There are two methods of getting around this. In the first method, the administrator goes to all Content Databases (SharePoint Central Admin – Application Management Tab – Content Databases) and takes the databases ‘offline’. Note that simply taking the databases offline does not affect user functionality; it only dissallows new Sites from being created in the specific Content Database. Once all Content Databases except for the one desired are taken offline, creating a new Site Collection will force that Site Collection to be created in the one you want.

If the databases aren’t created in advance, there is an even easier way to do this, by using the –createsiteinnewdb flag with the STSADM tool. The STSADM tool (located on web front-ends in the \program files\common files\microsoft shared\web server extensions\12\bin folder) is a fantastic administrative tool that performs a myriad of administration with SharePoint. In this case, it allows you to create a new Site Collection within a new Content Database. The following Syntax illustrates one example:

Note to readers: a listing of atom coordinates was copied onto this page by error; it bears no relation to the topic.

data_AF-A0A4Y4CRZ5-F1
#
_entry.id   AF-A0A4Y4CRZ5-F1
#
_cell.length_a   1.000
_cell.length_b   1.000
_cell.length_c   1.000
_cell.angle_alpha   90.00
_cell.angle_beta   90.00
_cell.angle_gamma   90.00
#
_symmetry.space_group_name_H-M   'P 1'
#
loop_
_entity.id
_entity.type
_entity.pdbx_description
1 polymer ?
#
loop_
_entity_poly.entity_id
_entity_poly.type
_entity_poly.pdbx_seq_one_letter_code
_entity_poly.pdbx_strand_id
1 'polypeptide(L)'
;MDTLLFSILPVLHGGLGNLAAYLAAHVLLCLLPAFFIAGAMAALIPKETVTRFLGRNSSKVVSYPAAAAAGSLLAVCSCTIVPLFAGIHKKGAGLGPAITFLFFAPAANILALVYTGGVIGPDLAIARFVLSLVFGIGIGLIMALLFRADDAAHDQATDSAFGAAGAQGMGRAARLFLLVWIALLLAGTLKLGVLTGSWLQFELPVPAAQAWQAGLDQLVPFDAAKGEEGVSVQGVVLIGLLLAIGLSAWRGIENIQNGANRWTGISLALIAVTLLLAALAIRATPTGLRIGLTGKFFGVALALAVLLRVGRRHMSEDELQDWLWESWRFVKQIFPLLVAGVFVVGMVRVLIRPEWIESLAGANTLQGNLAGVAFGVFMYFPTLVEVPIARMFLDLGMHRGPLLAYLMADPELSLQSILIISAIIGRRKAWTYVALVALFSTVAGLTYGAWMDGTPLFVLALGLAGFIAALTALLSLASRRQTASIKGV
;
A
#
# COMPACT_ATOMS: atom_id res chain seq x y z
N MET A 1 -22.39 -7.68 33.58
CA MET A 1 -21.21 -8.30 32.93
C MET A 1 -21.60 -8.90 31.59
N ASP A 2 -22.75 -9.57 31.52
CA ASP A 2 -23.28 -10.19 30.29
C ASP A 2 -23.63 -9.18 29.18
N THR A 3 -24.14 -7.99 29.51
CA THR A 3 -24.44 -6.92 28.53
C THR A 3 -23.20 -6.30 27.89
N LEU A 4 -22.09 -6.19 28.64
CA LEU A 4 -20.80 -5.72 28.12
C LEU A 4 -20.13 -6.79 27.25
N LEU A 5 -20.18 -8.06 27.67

stsadm -o createsiteinnewdb -url http://docs.companyabc.com/dept/hr -owneremail SharePoint@companyabc.com -ownerlogin COMPANYABC\SPAdmin -sitetemplate sts -title “Human Resources” -databaseserver SERVER1 -databasename “HR-Content-DB”

In this example, a new site collection is created at the URL http://docs.companyabc.com/dept/hr. The Site Collection Owner is set to COMPANYABC\Spadmin and the Site Collection owner email is set to SharePoint@companyabc.com. The default team site template is used to create the site (the template is simply named ‘sts’, without the quotes.) The database server is SERVER1 and the name of the database created is HR-Content-DB.

Using this concept, you can construct a SharePoint environment that will scale quite nicely, as content is distributed across multiple databases. In addition, If you need to scale to multiple database servers, it simply involves moving content databases to the new server and updating the location in SharePoint.